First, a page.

Similarly, much has happened for Worthington since his time as a teenage apprentice.
He married his childhood sweetheart Jaymi and the couple now have two daughters.
From a cricketing perspective, he’s largely swapped seam bowling for the more gentle art of spin.
He’s established a business that has grown to include facilities in Coolgardie and Perth and which has become internationally competitive.
And he was named Kalgoorlie-Boulder Citizen of the Year in 2020 for his Mining Legends project, which took a clapped-out underground loader, rebuilt it through pro bono contributions from local and national businesses and then sold it off to KCGM – raising nearly $1 million to benefit several local organisations and also the Miners’ Promise charity.
One thing that hasn’t changed over that period is his love for Kalgoorlie-Boulder, its people and the opportunities it has to offer.
“I’m a proud Kalgoorlie kid at the end of the day – well, actually, I’m a proud Boulder boy to be honest,” Worthington said.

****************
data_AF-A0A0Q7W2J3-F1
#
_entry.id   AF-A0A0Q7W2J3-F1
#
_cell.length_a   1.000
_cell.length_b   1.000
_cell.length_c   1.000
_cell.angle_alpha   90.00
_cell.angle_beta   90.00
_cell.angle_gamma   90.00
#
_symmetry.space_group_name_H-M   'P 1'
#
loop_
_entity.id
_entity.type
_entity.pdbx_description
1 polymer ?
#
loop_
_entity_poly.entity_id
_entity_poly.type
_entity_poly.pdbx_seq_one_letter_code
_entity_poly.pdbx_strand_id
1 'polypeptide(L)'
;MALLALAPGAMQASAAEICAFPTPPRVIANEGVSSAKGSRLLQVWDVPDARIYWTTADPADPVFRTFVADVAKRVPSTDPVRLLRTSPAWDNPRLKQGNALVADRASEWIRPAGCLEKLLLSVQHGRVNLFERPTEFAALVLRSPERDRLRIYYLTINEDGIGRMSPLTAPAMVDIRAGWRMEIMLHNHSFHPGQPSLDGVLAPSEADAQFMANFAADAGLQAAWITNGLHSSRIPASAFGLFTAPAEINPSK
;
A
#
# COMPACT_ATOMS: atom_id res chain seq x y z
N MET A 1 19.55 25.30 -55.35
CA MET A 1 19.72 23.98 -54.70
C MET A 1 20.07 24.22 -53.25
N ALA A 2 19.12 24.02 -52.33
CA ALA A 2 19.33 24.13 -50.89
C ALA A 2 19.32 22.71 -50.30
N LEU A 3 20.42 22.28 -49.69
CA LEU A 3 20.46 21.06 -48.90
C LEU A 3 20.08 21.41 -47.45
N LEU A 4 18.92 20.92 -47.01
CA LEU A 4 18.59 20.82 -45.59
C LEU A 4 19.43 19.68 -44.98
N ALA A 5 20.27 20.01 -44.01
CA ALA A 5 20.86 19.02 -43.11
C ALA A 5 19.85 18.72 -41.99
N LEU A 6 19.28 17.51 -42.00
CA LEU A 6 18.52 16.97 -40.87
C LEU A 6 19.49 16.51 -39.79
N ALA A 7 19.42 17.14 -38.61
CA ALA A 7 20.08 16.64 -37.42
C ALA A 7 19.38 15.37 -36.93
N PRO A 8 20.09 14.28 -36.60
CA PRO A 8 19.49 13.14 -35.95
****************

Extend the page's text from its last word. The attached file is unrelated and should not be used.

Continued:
“I might have ended up playing footy for and coaching Kangas and be living in Kalgoorlie but my origins are from deep Boulder.
“Kalgoorlie-Boulder for me is all about opportunity. You can do anything you want here from a business point of view if you’re willing to have a go and work at it.
“I go to the coffee van up in West Kalgoorlie every morning and it’s where I have some of my best business meetings with top-end mining people who are doing the same thing.
“You can’t always get hold of someone via email or phone but you go down and have a coffee with them in the morning on their way to work.
“I think it would be much harder to walk down St Georges Terrace in Perth and try to catch up with who you want to see and have a five-minute chat about what you’re up to.
“Here, everybody is in the one location and, I think, much more accessible.”